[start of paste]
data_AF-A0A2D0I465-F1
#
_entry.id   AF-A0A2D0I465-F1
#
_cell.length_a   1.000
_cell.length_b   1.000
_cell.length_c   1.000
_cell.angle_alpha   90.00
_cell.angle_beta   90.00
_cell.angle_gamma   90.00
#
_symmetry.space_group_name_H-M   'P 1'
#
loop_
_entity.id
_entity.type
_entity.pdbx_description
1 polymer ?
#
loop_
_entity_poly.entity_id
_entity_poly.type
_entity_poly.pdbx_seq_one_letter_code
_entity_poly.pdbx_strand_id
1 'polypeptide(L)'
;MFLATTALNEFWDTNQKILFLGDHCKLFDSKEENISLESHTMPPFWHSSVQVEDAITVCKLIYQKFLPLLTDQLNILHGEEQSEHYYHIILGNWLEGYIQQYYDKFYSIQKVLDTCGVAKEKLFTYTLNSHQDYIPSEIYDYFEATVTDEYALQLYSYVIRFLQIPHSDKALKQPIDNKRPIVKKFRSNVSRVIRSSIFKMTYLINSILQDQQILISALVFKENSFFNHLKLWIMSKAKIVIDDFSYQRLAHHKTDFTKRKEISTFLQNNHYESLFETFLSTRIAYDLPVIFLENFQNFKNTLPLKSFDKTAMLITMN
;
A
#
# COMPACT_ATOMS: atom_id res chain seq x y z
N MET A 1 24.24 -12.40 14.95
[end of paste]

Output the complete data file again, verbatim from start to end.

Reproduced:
data_AF-A0A2D0I465-F1
#
_entry.id   AF-A0A2D0I465-F1
#
_cell.length_a   1.000
_cell.length_b   1.000
_cell.length_c   1.000
_cell.angle_alpha   90.00
_cell.angle_beta   90.00
_cell.angle_gamma   90.00
#
_symmetry.space_group_name_H-M   'P 1'
#
loop_
_entity.id
_entity.type
_entity.pdbx_description
1 polymer ?
#
loop_
_entity_poly.entity_id
_entity_poly.type
_entity_poly.pdbx_seq_one_letter_code
_entity_poly.pdbx_strand_id
1 'polypeptide(L)'
;MFLATTALNEFWDTNQKILFLGDHCKLFDSKEENISLESHTMPPFWHSSVQVEDAITVCKLIYQKFLPLLTDQLNILHGEEQSEHYYHIILGNWLEGYIQQYYDKFYSIQKVLDTCGVAKEKLFTYTLNSHQDYIPSEIYDYFEATVTDEYALQLYSYVIRFLQIPHSDKALKQPIDNKRPIVKKFRSNVSRVIRSSIFKMTYLINSILQDQQILISALVFKENSFFNHLKLWIMSKAKIVIDDFSYQRLAHHKTDFTKRKEISTFLQNNHYESLFETFLSTRIAYDLPVIFLENFQNFKNTLPLKSFDKTAMLITMN
;
A
#
# COMPACT_ATOMS: atom_id res chain seq x y z
N MET A 1 24.24 -12.40 14.95